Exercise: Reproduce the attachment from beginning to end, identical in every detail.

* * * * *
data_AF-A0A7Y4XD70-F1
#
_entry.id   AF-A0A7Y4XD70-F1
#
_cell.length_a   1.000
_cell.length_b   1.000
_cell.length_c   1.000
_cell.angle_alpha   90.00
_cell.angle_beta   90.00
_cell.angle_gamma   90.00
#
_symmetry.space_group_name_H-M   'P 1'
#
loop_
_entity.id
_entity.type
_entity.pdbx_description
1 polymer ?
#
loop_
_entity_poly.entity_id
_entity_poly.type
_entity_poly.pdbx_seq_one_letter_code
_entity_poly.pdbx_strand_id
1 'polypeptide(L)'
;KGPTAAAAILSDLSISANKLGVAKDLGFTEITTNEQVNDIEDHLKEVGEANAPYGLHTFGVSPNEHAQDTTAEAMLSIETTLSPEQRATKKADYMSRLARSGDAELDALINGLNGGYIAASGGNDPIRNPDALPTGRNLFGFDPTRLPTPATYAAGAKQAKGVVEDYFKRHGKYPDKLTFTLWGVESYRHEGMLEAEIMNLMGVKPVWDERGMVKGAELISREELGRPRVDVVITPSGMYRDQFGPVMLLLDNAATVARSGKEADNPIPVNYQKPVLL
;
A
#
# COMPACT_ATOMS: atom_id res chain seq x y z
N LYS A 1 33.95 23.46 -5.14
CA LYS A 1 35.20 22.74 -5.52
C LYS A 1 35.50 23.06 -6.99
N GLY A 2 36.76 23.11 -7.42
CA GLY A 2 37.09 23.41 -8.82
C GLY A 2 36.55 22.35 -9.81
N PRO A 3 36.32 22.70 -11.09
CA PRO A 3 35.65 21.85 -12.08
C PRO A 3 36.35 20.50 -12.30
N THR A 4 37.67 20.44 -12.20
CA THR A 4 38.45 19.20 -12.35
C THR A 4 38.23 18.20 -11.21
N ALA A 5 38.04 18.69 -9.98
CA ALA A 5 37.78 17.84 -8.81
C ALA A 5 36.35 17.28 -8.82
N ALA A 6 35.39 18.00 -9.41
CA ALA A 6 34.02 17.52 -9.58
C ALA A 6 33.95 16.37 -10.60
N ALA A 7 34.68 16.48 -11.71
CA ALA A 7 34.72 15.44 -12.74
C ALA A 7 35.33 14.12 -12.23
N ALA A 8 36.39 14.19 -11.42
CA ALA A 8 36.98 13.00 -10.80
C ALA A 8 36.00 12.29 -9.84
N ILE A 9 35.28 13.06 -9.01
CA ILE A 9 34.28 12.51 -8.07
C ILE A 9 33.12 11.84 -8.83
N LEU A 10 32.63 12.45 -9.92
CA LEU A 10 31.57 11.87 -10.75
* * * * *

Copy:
data_AF-A0A7Y4XD70-F1
#
_entry.id   AF-A0A7Y4XD70-F1
#
_cell.length_a   1.000
_cell.length_b   1.000
_cell.length_c   1.000
_cell.angle_alpha   90.00
_cell.angle_beta   90.00
_cell.angle_gamma   90.00
#
_symmetry.space_group_name_H-M   'P 1'
#
loop_
_entity.id
_entity.type
_entity.pdbx_description
1 polymer ?
#
loop_
_entity_poly.entity_id
_entity_poly.type
_entity_poly.pdbx_seq_one_letter_code
_entity_poly.pdbx_strand_id
1 'polypeptide(L)'
;KGPTAAAAILSDLSISANKLGVAKDLGFTEITTNEQVNDIEDHLKEVGEANAPYGLHTFGVSPNEHAQDTTAEAMLSIETTLSPEQRATKKADYMSRLARSGDAELDALINGLNGGYIAASGGNDPIRNPDALPTGRNLFGFDPTRLPTPATYAAGAKQAKGVVEDYFKRHGKYPDKLTFTLWGVESYRHEGMLEAEIMNLMGVKPVWDERGMVKGAELISREELGRPRVDVVITPSGMYRDQFGPVMLLLDNAATVARSGKEADNPIPVNYQKPVLL
;
A
#
# COMPACT_ATOMS: atom_id res chain seq x y z
N LYS A 1 33.95 23.46 -5.14
CA LYS A 1 35.20 22.74 -5.52
C LYS A 1 35.50 23.06 -6.99
N GLY A 2 36.76 23.11 -7.42
CA GLY A 2 37.09 23.41 -8.82
C GLY A 2 36.55 22.35 -9.81
N PRO A 3 36.32 22.70 -11.09
CA PRO A 3 35.65 21.85 -12.08
C PRO A 3 36.35 20.50 -12.30
N THR A 4 37.67 20.44 -12.20
CA THR A 4 38.45 19.20 -12.35
C THR A 4 38.23 18.20 -11.21
N ALA A 5 38.04 18.69 -9.98
CA ALA A 5 37.78 17.84 -8.81
C ALA A 5 36.35 17.28 -8.82
N ALA A 6 35.39 18.00 -9.41
CA ALA A 6 34.02 17.52 -9.58
C ALA A 6 33.95 16.37 -10.60
N ALA A 7 34.68 16.48 -11.71
CA ALA A 7 34.72 15.44 -12.74
C ALA A 7 35.33 14.12 -12.23
N ALA A 8 36.39 14.19 -11.42
CA ALA A 8 36.98 13.00 -10.80
C ALA A 8 36.00 12.29 -9.84
N ILE A 9 35.28 13.06 -9.01
CA ILE A 9 34.28 12.51 -8.07
C ILE A 9 33.12 11.84 -8.83
N LEU A 10 32.63 12.45 -9.92
CA LEU A 10 31.57 11.87 -10.75